(The Croatian expression “Prvi red do mora” is a slogan employed in selling property, which expresses the exclusive privilege of real estate located in the first row at the seafront)
During the war in Croatia and Bosnia and Herzegovina, in the period from 1990 – 1997, Istria became a temporary home to more than 20,000 refugees and displaced persons from the war-affected area (the exact numbers are unknown, in some documents reaching the figure of 50,000). They were located in tourist resorts – camps and hotels along the Istrian coast. Architecture and spaces intended as a place of temporary stay, relaxation and enjoyment became homes for entire families for many years (sometimes, families of four lived in a hotel room).
As a child, I remember bungalows along the beach in the Peroj camp where gardens were maintained, additional rooms built, wood collected for the coming winter. Only the details showed that these tourists were not here just for a week, and all of them spoke my language.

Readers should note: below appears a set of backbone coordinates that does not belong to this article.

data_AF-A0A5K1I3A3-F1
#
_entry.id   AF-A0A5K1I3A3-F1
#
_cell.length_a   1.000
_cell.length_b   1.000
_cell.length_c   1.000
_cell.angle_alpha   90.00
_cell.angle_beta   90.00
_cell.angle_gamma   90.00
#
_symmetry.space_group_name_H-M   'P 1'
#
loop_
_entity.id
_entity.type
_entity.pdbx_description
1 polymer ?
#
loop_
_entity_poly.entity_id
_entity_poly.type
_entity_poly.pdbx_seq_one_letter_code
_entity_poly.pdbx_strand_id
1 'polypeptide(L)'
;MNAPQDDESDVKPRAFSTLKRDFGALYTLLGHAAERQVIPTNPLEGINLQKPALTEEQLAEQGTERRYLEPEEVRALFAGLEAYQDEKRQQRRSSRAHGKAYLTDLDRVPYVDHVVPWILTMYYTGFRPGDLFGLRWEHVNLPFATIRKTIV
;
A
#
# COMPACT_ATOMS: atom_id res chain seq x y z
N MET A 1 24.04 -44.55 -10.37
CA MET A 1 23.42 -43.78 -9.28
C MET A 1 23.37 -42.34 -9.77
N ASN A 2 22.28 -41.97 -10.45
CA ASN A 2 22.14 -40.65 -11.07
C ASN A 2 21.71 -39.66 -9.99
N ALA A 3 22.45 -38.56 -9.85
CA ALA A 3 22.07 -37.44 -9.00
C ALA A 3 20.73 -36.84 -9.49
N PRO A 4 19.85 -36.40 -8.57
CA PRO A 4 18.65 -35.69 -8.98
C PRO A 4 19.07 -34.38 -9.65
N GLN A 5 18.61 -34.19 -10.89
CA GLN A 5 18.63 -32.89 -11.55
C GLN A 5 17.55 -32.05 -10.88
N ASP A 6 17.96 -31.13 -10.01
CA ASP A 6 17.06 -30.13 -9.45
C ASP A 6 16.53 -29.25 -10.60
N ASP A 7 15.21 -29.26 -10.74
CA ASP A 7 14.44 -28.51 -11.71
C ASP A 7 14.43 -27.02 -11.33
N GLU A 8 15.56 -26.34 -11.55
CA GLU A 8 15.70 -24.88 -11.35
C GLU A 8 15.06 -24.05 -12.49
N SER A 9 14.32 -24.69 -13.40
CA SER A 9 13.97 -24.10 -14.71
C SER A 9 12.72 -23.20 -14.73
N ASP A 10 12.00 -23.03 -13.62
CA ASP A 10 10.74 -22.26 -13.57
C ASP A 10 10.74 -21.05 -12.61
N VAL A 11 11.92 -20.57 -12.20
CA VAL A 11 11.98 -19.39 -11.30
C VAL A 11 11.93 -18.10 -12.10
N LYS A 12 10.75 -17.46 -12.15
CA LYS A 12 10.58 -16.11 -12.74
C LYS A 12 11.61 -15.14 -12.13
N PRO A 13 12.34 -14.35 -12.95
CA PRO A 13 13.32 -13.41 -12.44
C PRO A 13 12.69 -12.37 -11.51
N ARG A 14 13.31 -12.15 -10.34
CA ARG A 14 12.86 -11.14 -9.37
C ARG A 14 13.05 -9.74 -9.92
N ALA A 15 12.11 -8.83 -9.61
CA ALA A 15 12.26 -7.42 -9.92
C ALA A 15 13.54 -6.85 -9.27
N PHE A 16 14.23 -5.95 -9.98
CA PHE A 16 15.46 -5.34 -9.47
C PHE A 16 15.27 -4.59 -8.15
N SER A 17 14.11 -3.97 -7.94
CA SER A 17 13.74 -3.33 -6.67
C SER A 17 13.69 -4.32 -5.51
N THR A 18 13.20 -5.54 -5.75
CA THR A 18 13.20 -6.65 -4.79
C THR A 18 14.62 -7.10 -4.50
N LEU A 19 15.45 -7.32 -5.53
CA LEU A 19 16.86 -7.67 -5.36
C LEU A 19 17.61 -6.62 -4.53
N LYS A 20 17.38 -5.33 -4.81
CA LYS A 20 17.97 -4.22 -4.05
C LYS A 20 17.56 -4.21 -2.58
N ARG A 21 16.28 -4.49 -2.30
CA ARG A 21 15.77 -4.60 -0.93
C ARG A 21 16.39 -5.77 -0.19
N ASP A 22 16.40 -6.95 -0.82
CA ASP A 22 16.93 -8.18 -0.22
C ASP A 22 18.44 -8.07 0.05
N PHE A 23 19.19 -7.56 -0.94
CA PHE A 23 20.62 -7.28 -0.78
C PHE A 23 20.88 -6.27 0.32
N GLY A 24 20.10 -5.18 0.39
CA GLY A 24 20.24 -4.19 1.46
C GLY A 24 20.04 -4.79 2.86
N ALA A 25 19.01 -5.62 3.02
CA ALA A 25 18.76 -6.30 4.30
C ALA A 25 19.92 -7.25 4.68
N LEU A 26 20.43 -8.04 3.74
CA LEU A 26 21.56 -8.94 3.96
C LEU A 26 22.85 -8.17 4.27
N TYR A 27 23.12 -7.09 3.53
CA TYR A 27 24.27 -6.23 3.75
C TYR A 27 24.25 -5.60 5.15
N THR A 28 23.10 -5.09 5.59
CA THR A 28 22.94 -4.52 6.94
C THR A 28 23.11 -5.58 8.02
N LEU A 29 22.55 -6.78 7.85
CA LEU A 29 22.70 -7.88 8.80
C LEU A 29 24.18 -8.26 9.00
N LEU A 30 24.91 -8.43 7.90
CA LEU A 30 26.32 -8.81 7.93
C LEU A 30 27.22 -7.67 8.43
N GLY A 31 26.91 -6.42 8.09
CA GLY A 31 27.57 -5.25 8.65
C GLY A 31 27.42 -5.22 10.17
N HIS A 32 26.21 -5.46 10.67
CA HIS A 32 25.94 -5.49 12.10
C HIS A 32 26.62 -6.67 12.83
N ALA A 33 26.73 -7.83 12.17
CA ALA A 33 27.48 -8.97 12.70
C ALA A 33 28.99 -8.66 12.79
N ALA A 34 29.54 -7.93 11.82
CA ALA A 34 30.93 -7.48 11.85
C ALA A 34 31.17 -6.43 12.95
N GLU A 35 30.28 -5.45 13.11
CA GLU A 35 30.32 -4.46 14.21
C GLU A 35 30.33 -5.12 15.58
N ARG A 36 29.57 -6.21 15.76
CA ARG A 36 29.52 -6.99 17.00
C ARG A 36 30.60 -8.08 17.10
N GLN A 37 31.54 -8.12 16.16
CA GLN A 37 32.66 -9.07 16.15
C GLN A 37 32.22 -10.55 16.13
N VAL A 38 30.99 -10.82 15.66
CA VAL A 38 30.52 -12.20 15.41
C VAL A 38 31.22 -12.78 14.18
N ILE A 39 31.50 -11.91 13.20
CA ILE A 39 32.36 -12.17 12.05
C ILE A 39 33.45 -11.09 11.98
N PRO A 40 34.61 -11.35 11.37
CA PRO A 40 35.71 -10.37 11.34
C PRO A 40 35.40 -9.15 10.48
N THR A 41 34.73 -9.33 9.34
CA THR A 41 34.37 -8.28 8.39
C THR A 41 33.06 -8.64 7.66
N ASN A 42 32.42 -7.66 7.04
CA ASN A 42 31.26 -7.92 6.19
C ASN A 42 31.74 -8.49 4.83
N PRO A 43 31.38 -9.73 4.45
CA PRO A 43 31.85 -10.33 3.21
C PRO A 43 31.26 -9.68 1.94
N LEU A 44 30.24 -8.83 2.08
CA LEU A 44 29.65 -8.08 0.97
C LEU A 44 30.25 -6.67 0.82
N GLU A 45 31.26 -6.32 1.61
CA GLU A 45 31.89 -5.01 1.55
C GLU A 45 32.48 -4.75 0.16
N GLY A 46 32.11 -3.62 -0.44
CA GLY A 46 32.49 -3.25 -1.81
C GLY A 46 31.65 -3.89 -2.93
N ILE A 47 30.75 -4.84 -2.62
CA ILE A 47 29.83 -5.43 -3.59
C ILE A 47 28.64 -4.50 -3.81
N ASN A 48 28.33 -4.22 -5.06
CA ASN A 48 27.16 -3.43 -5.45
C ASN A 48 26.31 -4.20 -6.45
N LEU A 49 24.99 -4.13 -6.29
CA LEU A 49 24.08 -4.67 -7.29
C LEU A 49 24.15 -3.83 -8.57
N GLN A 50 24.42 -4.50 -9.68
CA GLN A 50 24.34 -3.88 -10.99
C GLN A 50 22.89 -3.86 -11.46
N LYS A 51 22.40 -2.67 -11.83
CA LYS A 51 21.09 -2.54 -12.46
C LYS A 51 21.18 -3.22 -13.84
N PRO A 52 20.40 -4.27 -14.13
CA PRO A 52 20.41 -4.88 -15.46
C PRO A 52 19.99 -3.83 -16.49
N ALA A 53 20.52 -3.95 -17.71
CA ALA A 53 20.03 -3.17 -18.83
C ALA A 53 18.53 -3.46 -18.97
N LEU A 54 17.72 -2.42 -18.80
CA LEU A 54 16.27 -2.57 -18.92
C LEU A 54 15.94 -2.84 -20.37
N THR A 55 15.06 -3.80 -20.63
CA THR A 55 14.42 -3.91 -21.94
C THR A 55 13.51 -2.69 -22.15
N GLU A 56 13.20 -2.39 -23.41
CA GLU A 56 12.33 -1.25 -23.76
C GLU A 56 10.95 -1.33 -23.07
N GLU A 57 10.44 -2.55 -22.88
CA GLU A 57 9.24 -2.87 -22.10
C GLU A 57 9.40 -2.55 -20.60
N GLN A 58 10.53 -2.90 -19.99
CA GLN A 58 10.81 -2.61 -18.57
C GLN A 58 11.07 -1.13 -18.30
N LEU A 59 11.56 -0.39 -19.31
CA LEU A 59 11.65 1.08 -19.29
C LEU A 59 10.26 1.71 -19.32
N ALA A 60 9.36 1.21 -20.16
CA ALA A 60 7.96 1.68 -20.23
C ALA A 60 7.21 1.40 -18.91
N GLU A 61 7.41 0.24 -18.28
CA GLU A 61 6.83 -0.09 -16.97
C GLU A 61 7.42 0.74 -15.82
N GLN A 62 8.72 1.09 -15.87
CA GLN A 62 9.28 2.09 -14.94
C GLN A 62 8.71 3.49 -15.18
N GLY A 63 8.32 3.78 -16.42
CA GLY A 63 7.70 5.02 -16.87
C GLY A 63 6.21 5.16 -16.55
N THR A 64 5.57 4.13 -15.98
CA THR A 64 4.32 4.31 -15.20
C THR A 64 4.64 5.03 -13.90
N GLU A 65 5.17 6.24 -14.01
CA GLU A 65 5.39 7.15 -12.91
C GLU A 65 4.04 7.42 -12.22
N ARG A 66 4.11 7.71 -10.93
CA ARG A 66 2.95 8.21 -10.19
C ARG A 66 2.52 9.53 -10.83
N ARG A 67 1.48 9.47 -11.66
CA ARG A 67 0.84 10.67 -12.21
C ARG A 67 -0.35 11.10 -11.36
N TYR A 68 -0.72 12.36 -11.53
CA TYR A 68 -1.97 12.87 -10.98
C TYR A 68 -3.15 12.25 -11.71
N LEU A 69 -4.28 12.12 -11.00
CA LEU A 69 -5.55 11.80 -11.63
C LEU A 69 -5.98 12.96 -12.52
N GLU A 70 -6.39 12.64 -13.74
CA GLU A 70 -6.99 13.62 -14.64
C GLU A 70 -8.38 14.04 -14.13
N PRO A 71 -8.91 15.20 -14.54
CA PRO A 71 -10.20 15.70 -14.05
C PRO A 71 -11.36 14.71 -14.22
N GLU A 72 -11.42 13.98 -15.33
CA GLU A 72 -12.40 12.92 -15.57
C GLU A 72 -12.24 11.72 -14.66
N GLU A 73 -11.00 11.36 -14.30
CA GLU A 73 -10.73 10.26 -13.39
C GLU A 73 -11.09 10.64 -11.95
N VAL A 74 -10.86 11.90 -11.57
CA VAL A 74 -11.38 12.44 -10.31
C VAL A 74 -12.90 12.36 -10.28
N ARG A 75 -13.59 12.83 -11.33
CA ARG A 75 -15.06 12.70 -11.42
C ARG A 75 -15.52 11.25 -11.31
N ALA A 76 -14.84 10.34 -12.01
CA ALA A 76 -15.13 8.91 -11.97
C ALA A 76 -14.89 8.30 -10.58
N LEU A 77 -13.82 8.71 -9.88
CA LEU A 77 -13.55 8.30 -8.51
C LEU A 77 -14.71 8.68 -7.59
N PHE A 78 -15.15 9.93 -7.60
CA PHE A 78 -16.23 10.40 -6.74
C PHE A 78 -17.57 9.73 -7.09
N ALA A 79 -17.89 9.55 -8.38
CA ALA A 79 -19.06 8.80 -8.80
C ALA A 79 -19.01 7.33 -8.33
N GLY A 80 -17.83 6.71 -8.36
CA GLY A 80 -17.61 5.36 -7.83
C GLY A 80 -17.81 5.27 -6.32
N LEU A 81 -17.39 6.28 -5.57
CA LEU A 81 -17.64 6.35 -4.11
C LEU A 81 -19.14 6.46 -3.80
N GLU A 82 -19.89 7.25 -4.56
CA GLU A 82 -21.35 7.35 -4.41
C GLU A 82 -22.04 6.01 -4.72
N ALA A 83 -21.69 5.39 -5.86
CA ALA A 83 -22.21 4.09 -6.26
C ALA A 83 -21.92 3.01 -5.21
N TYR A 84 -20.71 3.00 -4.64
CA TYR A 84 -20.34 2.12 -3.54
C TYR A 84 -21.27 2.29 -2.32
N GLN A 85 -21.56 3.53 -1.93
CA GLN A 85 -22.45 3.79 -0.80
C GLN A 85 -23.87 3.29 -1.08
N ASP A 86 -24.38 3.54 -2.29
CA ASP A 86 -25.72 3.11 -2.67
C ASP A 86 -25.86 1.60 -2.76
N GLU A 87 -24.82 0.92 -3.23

In 2016, the leader of the ruling political party in Istria stated that Istria was not suitable for the reception of refugees from the Middle East. “There is not enough infrastructure”, he stated. Tourist resorts privatized during the years after the war changed back to their original purpose, wiping material remains of the permanent life lived there. Istria again became a tourist center, one of the most recognizable holiday destinations in Europe, a true representative of leisure, safety and hospitality.
My research will attempt to gather visual materials and personal testimonies of co-existence in the 1990s. I wonder what happened to the empathy and care from the time of fear. I’m interested in the subtle transformation of different spaces by the shift in their purpose.